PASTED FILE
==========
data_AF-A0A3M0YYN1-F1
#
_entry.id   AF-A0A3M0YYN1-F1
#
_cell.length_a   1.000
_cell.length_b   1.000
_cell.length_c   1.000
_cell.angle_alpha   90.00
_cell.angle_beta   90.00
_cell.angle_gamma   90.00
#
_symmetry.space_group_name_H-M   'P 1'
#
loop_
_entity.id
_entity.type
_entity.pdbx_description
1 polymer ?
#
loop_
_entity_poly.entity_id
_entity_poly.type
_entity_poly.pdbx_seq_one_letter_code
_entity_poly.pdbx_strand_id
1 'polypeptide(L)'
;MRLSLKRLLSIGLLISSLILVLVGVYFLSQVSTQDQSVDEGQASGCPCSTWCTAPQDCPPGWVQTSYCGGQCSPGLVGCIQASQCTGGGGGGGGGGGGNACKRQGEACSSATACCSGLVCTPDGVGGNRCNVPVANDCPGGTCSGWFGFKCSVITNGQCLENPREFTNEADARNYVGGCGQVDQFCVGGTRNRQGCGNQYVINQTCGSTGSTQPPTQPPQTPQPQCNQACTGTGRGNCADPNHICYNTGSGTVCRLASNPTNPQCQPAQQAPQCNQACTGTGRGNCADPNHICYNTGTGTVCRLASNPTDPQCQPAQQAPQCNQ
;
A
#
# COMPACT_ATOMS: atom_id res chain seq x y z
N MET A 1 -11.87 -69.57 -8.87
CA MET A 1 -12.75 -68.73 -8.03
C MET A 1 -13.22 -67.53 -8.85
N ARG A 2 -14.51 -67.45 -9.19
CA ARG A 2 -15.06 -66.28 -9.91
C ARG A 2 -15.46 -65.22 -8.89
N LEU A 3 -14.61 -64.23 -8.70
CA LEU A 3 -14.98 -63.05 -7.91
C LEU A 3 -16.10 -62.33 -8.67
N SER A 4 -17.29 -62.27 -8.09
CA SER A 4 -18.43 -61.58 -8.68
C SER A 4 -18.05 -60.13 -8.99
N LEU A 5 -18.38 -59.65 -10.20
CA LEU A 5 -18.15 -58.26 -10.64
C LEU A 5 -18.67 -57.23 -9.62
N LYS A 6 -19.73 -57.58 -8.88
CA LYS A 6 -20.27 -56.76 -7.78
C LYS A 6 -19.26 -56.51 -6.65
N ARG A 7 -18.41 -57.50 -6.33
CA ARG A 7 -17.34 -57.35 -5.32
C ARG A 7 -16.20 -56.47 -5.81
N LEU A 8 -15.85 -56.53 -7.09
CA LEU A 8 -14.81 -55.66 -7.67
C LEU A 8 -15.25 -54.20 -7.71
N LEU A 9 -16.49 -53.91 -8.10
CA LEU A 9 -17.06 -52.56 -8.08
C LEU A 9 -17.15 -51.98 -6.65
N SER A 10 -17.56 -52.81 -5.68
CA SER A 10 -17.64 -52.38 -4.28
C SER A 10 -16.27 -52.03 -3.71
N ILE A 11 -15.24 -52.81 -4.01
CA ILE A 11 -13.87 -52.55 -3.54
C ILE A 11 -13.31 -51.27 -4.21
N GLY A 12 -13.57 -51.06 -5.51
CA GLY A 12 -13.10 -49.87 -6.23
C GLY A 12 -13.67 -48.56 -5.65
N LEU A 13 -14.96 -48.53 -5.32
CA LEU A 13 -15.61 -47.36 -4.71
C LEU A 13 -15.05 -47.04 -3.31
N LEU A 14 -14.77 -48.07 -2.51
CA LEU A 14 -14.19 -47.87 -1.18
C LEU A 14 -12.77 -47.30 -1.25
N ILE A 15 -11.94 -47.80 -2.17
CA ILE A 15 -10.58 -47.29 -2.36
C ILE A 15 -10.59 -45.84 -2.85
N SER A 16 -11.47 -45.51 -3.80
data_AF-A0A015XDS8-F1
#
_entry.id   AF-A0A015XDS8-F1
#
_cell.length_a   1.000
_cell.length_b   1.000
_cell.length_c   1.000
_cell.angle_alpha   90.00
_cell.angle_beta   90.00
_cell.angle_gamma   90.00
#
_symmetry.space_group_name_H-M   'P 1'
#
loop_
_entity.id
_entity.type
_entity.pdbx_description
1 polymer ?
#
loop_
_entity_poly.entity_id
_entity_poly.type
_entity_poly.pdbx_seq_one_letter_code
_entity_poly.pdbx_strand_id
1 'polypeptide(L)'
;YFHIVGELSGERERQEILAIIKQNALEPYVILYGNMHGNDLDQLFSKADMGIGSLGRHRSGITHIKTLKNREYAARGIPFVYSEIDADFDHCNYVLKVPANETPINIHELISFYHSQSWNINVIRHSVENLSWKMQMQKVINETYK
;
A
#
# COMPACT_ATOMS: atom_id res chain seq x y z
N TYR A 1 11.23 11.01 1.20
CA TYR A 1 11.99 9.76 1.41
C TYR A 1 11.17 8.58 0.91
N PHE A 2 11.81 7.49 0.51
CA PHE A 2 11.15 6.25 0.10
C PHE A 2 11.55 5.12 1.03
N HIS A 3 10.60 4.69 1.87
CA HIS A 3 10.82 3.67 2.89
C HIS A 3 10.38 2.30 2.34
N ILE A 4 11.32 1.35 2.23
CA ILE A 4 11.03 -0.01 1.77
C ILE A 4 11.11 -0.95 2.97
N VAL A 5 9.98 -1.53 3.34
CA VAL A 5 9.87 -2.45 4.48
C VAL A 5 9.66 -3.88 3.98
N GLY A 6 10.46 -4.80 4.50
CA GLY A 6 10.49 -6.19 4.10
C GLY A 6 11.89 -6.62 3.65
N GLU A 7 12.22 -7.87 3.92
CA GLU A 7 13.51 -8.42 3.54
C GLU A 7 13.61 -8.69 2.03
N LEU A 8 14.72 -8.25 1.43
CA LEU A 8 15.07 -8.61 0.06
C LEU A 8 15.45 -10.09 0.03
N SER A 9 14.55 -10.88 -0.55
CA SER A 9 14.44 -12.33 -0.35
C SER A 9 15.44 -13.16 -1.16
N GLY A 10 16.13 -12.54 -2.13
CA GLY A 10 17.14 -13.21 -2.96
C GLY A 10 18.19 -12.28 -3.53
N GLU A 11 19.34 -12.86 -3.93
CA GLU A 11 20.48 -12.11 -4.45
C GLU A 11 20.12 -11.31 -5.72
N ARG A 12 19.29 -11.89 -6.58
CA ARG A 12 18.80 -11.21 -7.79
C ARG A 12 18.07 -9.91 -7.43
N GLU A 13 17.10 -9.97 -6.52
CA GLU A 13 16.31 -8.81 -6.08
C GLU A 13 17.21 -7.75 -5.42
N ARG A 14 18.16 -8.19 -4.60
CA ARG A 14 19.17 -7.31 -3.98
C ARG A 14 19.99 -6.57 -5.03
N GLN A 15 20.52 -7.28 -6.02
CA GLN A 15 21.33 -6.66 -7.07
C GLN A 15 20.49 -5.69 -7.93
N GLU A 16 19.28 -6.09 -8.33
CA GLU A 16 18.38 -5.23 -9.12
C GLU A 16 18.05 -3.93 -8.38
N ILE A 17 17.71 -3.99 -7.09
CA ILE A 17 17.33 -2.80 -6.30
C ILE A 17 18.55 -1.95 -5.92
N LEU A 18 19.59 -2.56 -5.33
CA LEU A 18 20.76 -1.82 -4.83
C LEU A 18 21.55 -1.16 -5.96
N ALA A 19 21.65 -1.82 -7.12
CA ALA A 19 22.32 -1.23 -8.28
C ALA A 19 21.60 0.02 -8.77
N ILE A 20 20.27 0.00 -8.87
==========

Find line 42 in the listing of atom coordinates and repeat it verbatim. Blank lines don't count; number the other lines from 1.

C SER A 4 -18.05 -60.13 -8.99